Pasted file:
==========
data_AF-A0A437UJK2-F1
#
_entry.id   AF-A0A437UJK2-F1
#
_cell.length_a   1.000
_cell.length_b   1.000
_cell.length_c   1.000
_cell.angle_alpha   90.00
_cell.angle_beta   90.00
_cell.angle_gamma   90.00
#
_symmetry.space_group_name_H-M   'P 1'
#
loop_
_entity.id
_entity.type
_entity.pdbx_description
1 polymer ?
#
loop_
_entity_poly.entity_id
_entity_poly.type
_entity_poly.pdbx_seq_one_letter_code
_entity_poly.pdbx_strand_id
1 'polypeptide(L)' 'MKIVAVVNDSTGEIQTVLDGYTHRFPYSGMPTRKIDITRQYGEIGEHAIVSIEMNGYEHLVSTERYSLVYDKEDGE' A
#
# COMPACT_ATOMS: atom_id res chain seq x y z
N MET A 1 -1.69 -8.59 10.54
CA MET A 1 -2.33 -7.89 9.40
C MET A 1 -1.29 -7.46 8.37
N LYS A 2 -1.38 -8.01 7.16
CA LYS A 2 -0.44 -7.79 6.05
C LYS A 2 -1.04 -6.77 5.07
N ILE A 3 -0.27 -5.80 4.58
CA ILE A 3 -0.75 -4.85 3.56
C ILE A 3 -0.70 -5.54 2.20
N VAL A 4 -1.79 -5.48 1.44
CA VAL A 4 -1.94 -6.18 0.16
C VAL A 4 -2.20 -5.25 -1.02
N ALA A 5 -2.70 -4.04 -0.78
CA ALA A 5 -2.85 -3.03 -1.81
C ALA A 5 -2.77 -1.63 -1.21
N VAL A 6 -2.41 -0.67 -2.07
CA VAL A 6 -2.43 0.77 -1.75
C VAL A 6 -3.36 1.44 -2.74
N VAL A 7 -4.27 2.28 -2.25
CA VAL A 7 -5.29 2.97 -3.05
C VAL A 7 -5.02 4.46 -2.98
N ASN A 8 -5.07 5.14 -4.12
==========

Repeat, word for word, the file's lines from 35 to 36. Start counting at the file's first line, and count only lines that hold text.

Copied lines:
CA ILE A 3 -0.75 -4.85 3.56
C ILE A 3 -0.70 -5.54 2.20